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    @Dirk Well I was just going through the goals of the march and trying to see who are responsible for each of them. – Franck Dernoncourt Mar 1 '17 at 16:59
  • @Dirk, so who is the protest addressed to, then? The first two sentences of this answer are key, the rest of it is not. Great point, Franck; +1. – Wildcard Mar 8 '17 at 2:46
  • The US government is not responsible for the insane tuition fees that the private universities charge in the US It is because it subsidizes credit. When credit is artificially cheap, prices go up, c.f. subprime crisis. – Cape Code Mar 14 '17 at 13:40
  • Also I find particularly lame that you'd try to hijack a movement motivated by concerns of the American scientific community about a government that shows a staggering scientific illiteracy and a daunting penchant for obscurantism to advertise your pet publishing scheme. – Cape Code Mar 14 '17 at 14:20
  • @CapeCode The march for science organizers should state their goals more clearly on their website then. As it currently is, when I read the Our Principles and Goals page of the march it looks to me that most of the issues being raised are caused by researchers themselves (see my answer). As a result, it looks to me as an attempt to blame governments for issues that are actually caused by researchers. That is very misleading for the general public. As for my "pet publishing scheme", yes I believe that taxpayers should be able to access the output of publicly funded research (eg paper) for free – Franck Dernoncourt Mar 14 '17 at 16:13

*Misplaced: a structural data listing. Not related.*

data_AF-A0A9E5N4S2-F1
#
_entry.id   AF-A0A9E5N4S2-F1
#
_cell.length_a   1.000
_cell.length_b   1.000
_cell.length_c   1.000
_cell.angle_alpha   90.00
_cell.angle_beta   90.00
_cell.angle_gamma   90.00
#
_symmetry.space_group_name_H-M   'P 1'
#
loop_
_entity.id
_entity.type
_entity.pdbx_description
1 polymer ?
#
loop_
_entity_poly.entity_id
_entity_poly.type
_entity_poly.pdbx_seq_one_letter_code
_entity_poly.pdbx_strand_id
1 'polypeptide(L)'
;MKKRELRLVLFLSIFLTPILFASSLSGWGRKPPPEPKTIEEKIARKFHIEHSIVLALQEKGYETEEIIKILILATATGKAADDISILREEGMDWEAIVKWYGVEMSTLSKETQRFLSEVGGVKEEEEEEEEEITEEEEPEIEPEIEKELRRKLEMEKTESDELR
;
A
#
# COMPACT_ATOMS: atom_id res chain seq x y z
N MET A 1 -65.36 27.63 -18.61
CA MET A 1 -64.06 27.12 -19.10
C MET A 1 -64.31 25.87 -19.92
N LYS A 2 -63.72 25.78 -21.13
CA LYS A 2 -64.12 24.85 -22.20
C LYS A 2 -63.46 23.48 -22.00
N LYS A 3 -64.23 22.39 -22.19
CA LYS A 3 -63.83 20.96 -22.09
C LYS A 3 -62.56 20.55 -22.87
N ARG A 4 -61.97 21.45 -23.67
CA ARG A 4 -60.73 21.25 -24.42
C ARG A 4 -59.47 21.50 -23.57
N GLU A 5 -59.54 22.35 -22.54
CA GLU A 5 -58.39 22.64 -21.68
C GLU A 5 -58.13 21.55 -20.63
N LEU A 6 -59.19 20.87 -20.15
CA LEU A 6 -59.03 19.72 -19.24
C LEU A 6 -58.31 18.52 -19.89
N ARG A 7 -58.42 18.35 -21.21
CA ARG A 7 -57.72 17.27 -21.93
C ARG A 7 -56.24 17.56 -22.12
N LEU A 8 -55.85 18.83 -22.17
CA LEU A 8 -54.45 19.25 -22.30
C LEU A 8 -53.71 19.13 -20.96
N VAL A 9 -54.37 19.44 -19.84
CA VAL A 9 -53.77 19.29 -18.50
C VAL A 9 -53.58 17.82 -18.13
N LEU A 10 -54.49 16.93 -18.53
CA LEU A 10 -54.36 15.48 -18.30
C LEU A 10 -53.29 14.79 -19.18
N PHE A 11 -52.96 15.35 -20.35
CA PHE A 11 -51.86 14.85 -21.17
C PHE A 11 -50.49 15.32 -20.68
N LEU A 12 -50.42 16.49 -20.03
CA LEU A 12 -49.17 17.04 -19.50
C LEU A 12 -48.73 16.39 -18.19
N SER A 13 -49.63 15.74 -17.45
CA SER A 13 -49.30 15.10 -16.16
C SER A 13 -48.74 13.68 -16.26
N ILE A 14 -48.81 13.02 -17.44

• It's ludicrous and unsubstantiated to imply that the current hostility towards science expressed by the executive branch of the US government is a consequence of researchers publishing in "paywalled" venues. The hostility is due to conflicts between political opinions and personal interests with scientific evidence. Don't try to squeeze one of your endless rants into that issue. – Cape Code Mar 14 '17 at 19:56
  • @CapeCode I have never said it is a consequence of researchers publishing in "paywalled" venues. I think publishing in "paywalled" venues doesn't help scientific illiteracy amongst the general public though. – Franck Dernoncourt Mar 14 '17 at 19:59
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    @FranckDernoncourt It would make an interesting question on the main site to ask whether quality open-access journals, such as the ones by EGU/Copernicus, have a higher readership and enhance scientific literacy among the general public, compared to closed-access ones; or whether both are anyway only being read by researchers with affiliations through which they would have access to both. – gerrit Mar 26 '17 at 22:49
  • @gerrit Good idea: Are open access papers read by a larger readership than paywalled papers? Feel free to rephrase. – Franck Dernoncourt Mar 27 '17 at 21:32